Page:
Garrett Andrews

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August 9, 2014
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Portland's Pink Martini to cap Half Shell season

Pink Martini’s Thomas Lauderdale is going to give his band’s hardcore fans what they crave next week.

“More of the same,” he said with a self-conscious laugh.

Tuesday night, Portland’s whimsical, little orchestra Pink Martini closes the 2014 Music on the Half Shell season with a free concert at the Nichols Bandshell at Roseburg’s Stewart Park.

“I love Roseburg,” Lauderdale said. “I love the fact that people come early with blankets and set up. ... It’s this free, amazing event where people gather. I love the sense of community and the diversity of people that come — people of all ages. There’s so few events like that.”

It will be the fifth time the band plays the nonprofit concert series, now in its 22nd year. That’s three times more than any other act.

Lauderdale spoke by phone from his home in Portland’s Skidmore District, one day after returning from several historic dates in Turkey. He lives in the three-story, 9,600-square foot Harker Building, which he bought and had thoroughly remodeled to reflect a singular, ageless aesthetic sensibility.

While discussing the future of the band and what he’s learned traveling the world, the workaholic Lauderdale was rearranging furniture, his attention divided by a photo shoot for a food and wine magazine.

“It’s important to stay calm at most times, and if one remains still when there’s trouble, things will settle down,” he said.

Lauderdale, 44, grew up in Indiana, one of four adopted children of a Church of Brethren pastor and his wife. He began classical instruction on the piano at 6, moved to Portland at 12, and won his first classical music competition the next year.

Lauderdale formed Pink Martini in 1994 with his Harvard University classmate, singer China Forbes. The story goes Lauderdale needed a band to play the political benefits he was organizing.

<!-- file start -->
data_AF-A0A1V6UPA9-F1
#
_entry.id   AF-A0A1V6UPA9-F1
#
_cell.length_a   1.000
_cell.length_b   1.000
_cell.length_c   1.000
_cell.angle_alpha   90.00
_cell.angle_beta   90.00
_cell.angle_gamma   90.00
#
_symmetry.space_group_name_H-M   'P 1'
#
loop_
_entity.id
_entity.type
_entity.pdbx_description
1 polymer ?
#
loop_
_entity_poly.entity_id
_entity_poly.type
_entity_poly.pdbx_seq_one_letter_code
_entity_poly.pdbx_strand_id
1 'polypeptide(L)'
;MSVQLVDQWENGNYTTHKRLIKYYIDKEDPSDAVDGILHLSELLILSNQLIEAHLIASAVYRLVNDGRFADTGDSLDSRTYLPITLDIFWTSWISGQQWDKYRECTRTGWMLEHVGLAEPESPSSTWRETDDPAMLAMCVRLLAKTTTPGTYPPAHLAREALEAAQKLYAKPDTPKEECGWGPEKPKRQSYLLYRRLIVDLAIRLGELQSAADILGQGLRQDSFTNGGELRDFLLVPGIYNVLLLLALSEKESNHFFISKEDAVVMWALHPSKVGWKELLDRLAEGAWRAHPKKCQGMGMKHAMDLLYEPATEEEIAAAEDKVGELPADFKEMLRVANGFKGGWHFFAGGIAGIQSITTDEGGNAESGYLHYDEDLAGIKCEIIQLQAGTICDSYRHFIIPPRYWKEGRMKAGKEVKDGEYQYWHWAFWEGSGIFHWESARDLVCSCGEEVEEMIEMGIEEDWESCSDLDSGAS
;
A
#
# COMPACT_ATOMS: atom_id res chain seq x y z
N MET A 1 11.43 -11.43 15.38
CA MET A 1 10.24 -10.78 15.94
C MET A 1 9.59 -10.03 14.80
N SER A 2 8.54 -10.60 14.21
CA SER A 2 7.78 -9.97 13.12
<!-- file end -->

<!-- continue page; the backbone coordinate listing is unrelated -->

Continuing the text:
He went into debt producing Pink Martini’s debut album, “Sympathique,” but was more than made whole when songs from the album started blowing up in France. The song “Je Ne Pas du Travailler” (“I don’t want to work”) became an anthem for striking French workers.

Reflecting a sunny, cosmopolitan nostalgia, the 12-piece band has recorded seven studio albums, performed with more than two dozen orchestras and toured the world as American ambassadors for good taste.

These days, Pink Martini tours 150 days of the year. It’ll hit Roseburg before dates at Portland’s Oregon Zoo and Seattle’s Woodland Park Zoo, and jetting to New York to play the Kennedy Center.

“Lately we’ve been playing private parties for Russian fancy people in Sardinia and Marbella, Spain. A lot of KGB agents running around. It was a little spooky.”

It’s also lately played dates with four singing great-grandchildren of Austria’s Captain and Maria Von Trap, famously depicted in the musical “The Sound of Music,” which Lauderdale called the “last, great American film.”

“They’re sort of amazing. They were home-schooled in Montana. They never watched TV growing up. They’re like other-worldly. They’re sort of old souls. That’s probably because they never watched TV.”

The Von Traps and singer Storm Large now share time with China Forbes fronting Pink Martini. Sometimes a crowd gets both China and Storm, but when the band plays here, it will just be Storm.

“One of the things about this band is that there’s this an old-fashioned-ness to it, but Storm definitely yanked it into the 21st century. ... She really lives the lyrics, and brings an intensity and excitement to a concert.

He said he prefers the shows with both Storm and China.

“I’ve seen China get a little more edgy, and Storm get a little less edgy.

“It’s kind of crazy having two singers. Singers are a different breed, partly because their instruments comes from inside them. It’s an intense thing, and I have no idea what that’s like.”

A noted raconteur, Lauderdale is something of a expert at social hosting. He’s posted whimsical home movies about entertaining on Pink Martini’s Facebook page. His alma mater’s student paper, The Crimson, even published a long article about Lauderdale’s days on campus.

So what’s key to throwing a good party?

“The key is inviting a crazy cross-section of people. People who are fun, people who know how to engage, and who know how to ask questions.”

• You can reach reporter Garrett Andrews at 541-957-4218 or by email at

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The News-Review Updated Aug 9, 2014 02:14AM Published Aug 12, 2014 09:19AM Copyright 2014 The News-Review. All rights reserved. This material may not be published, broadcast, rewritten or redistributed.